Excerpts from Fons Adriaensen's message of 2011-06-17 19:48:10 +0200:
Thanks for your extensive explanation Fons. I slept over it a couple of
days, hoping to understand a little better now.
> Sound consists of variations of air pressure that
I found a bit of explanation of wave propagation in one of my books, but
it seems to differ slightly. It basically takes energy and heat into
account and says (simplified) that there are basically two states, one
without motion but increased pressure and heat, one with maximum motion
and little pressure/heat, and everything in between. I guess this
corresponds to P() and V() in your explanation?
> For a real single sound source the direction of the
Towards the source? No idea whether it matters, just wondering.
> They are
Proportional or inverse proportional? Again I'm thinking of the model
from the book, with the two states of pressure and velocity. With this
in mind pressure would be large when velocity is small and vice versa.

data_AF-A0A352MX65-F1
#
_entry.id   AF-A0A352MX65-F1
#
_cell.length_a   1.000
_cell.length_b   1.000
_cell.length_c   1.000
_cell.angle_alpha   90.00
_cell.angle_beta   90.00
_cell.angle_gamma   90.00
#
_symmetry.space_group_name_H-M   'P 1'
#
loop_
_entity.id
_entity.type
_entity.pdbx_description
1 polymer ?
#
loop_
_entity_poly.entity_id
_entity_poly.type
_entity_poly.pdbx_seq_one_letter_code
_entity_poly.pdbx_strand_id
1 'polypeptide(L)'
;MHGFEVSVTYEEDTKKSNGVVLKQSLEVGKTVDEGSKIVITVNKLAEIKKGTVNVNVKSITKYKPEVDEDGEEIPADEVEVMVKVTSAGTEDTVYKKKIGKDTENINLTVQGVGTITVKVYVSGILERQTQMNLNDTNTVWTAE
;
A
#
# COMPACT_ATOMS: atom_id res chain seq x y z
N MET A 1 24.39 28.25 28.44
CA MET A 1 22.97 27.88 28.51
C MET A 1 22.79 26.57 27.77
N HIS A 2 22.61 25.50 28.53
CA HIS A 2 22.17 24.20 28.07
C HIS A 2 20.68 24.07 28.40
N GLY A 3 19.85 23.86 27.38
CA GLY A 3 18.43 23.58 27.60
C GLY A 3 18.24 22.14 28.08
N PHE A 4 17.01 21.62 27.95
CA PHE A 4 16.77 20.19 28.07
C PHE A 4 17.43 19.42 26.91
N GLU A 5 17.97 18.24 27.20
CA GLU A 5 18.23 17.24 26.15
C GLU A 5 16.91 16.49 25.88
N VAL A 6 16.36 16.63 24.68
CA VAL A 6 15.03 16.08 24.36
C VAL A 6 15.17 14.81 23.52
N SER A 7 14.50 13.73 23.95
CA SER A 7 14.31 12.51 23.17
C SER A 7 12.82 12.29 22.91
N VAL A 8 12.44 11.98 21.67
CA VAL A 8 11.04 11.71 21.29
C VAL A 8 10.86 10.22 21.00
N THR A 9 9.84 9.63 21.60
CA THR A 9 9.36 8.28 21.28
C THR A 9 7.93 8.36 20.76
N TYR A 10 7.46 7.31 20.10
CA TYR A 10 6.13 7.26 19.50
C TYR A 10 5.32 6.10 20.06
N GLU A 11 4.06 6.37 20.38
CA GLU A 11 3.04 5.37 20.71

> So given P(t),
I understand that the vector sum is different with two speakers,
however, it's somewhat hard to grasp for me that if P() and V() are
generating each other that P() can on the one hand generate proportional
V() and out-of-proportion V().
> At low frequencies (where the wavelenght is much
I guess this sort of analysis or model is used for more complex systems
like ambisonics as well?
Yes, thank you very much for your explanation. I've not fully grasped
the "whys", but I understand the idea.
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